A much ambitious World Bank-funded irrigation channel overhauling work, maneuvered by the state Irrigation department has been halted by the state forest department here yesterday on the charges of felling a number of trees illegally.
This stalling of work may cause interruption to irrigation water supply, scheduled to reach the farmlands from 26 December.
The divisional forest authorities in East Burdwan have seized the uprooted trees along with an earth moving machine from the spot at Chaitrapur village near Burdwan town, yesterday.
A hunt for the machine operator has also begun.
The local forest ranger received a tip-off that the government-backed contractor agency engaged for overhauling of the irrigation network has already fell some trees beside the canal banks.
Based on the field report from the ranger, the divisional forest authority ordered immediate suspension of further work.
Nisha Goswami, DFO, East Burdwan, said, “Besides felling, some people there were also trying to sell the logs, which our officials prevented.”
The irrigation department engaged Mackintosh Burn, a government-owned construction company for the overhauling work. The ground supervisors of the company said, “We’re trying to stabilize the soil in the canal bank but the trees started falling automatically. We’ll send a report on this, too.”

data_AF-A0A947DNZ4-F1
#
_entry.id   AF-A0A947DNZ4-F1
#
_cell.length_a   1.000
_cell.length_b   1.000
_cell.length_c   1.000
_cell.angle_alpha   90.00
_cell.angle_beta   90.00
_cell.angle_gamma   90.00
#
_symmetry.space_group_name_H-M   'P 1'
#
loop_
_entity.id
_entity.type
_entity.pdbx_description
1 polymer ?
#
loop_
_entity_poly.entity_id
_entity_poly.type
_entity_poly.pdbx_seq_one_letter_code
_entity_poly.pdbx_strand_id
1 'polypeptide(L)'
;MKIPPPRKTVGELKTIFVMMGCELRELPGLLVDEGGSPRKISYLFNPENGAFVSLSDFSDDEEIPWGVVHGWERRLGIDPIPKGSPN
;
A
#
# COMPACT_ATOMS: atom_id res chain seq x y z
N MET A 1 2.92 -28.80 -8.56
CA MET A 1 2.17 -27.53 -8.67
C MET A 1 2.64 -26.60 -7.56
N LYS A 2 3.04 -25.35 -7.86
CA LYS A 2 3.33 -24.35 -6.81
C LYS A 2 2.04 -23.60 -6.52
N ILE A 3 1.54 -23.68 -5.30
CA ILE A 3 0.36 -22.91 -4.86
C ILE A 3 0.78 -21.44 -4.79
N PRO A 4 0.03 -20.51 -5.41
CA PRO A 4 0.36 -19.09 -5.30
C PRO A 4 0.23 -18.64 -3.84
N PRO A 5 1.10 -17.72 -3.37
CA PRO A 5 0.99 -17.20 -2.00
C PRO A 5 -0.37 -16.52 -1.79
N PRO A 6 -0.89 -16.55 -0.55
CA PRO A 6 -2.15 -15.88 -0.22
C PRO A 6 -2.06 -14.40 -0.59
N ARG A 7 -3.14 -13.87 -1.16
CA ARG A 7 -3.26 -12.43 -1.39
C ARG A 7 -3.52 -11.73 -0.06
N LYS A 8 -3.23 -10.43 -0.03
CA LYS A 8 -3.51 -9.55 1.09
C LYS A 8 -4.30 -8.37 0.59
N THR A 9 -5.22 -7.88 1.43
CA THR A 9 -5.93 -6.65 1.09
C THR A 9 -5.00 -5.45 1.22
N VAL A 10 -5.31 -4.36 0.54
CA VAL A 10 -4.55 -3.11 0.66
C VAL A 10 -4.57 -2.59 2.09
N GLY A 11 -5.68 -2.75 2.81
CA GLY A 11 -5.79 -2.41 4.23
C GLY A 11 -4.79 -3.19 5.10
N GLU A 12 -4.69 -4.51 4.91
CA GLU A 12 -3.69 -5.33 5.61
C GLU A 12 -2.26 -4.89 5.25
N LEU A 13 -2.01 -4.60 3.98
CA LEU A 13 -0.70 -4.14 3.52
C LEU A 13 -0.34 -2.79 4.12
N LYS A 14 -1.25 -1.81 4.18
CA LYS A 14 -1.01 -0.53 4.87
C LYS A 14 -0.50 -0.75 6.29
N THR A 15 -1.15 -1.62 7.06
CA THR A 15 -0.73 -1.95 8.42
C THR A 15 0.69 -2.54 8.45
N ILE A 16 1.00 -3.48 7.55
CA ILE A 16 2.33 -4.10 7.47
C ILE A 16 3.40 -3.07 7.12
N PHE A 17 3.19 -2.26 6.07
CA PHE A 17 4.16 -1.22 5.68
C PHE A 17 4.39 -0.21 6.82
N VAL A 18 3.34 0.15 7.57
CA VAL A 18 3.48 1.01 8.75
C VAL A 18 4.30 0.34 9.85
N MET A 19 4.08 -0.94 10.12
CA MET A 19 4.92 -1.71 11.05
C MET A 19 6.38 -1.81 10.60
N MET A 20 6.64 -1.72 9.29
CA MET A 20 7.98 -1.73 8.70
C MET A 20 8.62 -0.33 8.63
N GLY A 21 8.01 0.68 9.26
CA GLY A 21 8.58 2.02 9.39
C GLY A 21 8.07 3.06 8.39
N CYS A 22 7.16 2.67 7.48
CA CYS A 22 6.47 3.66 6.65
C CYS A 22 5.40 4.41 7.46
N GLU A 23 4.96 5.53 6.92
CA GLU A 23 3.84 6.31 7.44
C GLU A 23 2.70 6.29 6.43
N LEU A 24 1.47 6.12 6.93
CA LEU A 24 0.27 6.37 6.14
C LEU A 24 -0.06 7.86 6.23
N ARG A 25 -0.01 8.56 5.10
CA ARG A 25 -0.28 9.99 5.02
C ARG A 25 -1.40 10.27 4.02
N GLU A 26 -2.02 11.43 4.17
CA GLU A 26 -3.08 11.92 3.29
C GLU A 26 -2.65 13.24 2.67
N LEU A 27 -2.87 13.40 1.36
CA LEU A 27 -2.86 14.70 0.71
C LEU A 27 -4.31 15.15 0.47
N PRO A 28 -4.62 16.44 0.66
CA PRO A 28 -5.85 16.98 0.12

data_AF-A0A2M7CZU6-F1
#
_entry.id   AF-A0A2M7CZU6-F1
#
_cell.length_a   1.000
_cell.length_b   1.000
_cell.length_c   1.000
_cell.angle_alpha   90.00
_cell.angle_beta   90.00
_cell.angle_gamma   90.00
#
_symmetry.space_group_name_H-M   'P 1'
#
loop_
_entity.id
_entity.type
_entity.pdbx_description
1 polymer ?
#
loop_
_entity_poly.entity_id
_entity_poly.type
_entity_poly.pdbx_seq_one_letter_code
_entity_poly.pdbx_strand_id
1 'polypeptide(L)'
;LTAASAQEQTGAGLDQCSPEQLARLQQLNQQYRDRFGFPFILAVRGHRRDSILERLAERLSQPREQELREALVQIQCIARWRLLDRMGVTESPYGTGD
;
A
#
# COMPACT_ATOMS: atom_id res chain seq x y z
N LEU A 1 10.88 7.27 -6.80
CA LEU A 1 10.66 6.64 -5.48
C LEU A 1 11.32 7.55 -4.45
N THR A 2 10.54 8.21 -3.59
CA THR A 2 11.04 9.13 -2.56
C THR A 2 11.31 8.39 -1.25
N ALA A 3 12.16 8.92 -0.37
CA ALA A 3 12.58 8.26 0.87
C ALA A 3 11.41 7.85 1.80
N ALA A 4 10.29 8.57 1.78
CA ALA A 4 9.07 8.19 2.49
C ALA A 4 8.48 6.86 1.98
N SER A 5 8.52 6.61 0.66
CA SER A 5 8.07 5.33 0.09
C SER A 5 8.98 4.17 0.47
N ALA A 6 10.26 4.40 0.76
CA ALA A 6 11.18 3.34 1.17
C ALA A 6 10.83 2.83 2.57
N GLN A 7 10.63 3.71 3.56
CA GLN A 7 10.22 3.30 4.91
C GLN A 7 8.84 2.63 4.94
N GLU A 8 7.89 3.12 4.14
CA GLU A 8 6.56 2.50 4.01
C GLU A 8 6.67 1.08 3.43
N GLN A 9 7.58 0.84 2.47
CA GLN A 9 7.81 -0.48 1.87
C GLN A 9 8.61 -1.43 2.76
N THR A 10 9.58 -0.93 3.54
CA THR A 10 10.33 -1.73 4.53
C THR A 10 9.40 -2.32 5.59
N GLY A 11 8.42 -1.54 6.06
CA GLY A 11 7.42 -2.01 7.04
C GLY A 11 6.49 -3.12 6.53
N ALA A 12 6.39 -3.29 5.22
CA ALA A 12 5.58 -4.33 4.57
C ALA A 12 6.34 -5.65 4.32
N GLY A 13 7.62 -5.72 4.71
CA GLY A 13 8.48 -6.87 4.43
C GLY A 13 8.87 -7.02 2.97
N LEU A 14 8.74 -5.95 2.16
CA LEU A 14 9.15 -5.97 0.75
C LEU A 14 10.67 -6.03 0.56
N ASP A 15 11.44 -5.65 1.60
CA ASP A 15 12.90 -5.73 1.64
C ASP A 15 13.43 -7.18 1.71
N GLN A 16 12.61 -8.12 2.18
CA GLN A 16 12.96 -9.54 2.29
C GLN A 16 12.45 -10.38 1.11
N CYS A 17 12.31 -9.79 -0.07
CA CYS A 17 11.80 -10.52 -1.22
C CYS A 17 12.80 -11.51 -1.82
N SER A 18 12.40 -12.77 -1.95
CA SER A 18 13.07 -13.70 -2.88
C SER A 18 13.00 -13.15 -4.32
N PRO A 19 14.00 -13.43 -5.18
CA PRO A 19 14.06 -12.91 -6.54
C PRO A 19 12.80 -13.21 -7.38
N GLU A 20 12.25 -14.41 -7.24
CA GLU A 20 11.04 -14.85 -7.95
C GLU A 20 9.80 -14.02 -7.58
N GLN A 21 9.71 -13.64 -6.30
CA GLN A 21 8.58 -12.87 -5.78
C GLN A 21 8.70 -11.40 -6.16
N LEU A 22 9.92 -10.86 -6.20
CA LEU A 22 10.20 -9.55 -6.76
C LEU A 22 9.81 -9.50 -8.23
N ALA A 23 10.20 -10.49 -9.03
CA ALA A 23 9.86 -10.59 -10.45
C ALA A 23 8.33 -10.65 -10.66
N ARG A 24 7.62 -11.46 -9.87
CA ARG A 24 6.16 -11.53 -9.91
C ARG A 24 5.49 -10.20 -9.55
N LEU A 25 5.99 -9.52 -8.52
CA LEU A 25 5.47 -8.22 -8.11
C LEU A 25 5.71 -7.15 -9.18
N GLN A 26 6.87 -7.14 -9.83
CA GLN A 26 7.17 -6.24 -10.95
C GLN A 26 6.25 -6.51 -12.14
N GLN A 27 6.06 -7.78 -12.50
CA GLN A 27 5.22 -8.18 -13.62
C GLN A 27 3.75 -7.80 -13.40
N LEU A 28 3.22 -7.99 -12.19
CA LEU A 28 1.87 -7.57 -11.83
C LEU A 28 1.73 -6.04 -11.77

On 15 May, 2020, the Centre, the West Bengal government and the World Bank signed a loan agreement for $145 million project to improve irrigation channels and flood management in the over 60- year-old Damodar Valley Command Area (DVCA), which was gasping for a modernisation and upgraded value addition for long.
The West Bengal Major Irrigation and Flood Management Project is aimed to benefit about 2.7 million farmers in five Bengal districts cultivating on 3.94 lakh hectares with better irrigation services and distinctive protection against annual flooding to mitigate the impact of climate change.
The key challenges the channels in DVCA face include degradation of infrastructure and inadequate irrigation management, including poor quality of service delivery, inefficient irrigation and the failure to serve the middle and the tail parts of the canal networks, forcing the tail end farmers to extract ground water.